The state’s latest shale study, released earlier this month, showed job growth in what Ohio calls “core shale-related industries” grew more than 30 percent — up 1,929 jobs — from the start of 2011 through the first quarter of 2013. Ancillary shale-related industries also showed growth over that same period.
“The industry is growing, and has grown significantly the last two years,” Johnson said. But total shale jobs figures — estimated from 9,000 to 11,000 — remain small when put in the context of Ohio’s overall 5.3 million jobs, he said. (The state’s next quarterly shale report likely will be out in February and based on figures from the second quarter of 2013.)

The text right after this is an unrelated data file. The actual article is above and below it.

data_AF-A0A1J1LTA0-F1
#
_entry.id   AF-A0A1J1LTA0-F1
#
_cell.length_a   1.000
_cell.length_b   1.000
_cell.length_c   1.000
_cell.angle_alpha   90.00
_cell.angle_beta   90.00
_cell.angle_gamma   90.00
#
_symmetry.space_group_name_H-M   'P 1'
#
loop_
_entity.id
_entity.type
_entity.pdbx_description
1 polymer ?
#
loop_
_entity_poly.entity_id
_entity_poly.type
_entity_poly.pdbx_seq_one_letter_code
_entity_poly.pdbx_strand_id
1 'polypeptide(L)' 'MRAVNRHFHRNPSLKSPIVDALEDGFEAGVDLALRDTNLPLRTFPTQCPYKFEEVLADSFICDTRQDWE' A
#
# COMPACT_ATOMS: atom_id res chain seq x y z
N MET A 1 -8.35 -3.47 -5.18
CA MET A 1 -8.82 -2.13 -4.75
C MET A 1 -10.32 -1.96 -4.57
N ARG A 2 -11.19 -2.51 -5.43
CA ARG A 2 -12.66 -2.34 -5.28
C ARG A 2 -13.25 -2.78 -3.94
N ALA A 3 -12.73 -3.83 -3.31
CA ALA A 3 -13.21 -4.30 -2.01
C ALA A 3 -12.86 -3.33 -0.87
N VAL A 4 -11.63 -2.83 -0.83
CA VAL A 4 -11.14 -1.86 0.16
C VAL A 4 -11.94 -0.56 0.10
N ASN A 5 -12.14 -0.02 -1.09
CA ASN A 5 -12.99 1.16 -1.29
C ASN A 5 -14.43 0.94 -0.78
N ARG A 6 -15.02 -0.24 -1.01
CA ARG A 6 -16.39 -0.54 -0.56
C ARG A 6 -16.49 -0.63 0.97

The number of producing wells also remains relatively small in the state.
As of Dec. 21, Ohio had approved 1,030 Utica shale permits. Of 658 wells that have been drilled, just 249 are in production. A total of 40 rigs are drilling in Ohio.
Unemployment has dropped significantly in five eastern Ohio counties where Utica shale drilling is underway. In the three years since November 2010:
• Carroll County’s jobless rate dropped from 12.7 percent to 7.6 percent last month.
• Guernsey County’s rate fell from 12 percent to 8 percent.
• Belmont County, from 9.7 percent to 7.8 percent.
• Harrison County, from 12 percent to 7.7 percent.
• Jefferson County, from 13.4 percent to 9.7 percent.The whole article can be read by clicking here.
As usual, the truth of shale's jobs impact lies somewhere between the negative claims of activists and the glowingly positive estimates of the industry.
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